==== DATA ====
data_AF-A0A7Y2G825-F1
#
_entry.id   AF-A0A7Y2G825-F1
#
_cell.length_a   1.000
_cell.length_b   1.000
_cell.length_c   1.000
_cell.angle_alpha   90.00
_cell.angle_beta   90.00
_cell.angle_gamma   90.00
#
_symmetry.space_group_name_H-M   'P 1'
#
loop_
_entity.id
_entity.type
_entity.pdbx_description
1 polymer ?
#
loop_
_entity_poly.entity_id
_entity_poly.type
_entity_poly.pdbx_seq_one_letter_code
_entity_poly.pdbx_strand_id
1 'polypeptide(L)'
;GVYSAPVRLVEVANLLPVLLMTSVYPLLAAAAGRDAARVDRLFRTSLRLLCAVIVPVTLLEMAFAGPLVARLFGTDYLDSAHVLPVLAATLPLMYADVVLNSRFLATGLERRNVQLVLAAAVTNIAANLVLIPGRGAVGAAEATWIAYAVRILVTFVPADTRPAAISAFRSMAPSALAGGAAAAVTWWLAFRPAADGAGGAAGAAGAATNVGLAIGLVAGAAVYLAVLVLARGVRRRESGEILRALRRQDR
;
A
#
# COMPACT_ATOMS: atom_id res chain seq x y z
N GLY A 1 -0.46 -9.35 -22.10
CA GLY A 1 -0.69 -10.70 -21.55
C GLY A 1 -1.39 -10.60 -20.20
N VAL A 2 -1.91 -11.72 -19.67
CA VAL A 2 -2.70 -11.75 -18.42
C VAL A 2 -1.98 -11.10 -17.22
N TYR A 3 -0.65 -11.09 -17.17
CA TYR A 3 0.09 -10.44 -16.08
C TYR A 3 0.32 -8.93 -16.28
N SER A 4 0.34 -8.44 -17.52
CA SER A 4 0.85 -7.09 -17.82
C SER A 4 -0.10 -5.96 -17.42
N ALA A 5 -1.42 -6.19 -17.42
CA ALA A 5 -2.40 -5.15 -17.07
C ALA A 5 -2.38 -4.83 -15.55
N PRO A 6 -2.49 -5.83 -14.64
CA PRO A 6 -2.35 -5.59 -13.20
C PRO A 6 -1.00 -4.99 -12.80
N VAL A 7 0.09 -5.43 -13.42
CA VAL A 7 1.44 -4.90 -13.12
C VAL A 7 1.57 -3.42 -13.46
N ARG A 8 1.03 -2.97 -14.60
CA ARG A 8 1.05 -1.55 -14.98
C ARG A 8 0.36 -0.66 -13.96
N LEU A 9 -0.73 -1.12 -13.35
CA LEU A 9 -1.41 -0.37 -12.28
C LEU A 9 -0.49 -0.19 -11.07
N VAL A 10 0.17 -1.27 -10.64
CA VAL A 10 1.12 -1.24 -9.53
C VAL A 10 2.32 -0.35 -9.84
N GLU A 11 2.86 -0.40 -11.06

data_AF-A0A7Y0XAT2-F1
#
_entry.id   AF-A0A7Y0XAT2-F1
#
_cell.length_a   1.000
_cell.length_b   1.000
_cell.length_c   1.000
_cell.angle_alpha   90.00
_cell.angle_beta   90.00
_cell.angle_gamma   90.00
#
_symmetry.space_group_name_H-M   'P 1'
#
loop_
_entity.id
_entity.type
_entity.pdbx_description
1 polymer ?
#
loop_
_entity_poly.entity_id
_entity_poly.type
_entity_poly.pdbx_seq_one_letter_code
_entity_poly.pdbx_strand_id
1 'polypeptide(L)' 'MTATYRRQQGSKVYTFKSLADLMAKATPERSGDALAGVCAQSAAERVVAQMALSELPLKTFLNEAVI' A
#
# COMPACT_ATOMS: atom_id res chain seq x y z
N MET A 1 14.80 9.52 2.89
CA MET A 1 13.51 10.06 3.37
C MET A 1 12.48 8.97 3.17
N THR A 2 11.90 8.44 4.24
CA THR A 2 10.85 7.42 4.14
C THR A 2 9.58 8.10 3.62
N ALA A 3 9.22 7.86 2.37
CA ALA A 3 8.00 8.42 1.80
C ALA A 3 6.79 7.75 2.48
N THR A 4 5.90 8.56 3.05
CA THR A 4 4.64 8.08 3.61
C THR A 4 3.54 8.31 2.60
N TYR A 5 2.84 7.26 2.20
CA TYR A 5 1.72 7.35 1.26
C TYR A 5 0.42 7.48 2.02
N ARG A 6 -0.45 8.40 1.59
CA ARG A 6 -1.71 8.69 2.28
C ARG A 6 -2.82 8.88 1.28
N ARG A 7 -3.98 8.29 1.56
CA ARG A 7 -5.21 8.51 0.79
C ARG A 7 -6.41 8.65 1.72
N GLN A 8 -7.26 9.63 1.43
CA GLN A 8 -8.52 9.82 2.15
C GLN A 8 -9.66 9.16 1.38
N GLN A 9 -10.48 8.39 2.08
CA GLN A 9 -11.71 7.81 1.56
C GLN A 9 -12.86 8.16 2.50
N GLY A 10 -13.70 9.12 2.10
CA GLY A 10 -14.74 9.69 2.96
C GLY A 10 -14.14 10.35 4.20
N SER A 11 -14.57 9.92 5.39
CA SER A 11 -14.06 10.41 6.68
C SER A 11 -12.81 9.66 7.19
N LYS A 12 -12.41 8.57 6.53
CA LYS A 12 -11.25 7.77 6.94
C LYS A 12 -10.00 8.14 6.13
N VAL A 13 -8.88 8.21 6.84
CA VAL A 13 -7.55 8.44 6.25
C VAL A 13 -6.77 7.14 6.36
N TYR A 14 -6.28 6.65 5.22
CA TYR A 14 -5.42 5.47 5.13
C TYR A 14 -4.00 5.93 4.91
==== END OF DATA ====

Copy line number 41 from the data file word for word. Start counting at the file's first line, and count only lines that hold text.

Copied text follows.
CA SER A 4 0.85 -7.09 -17.82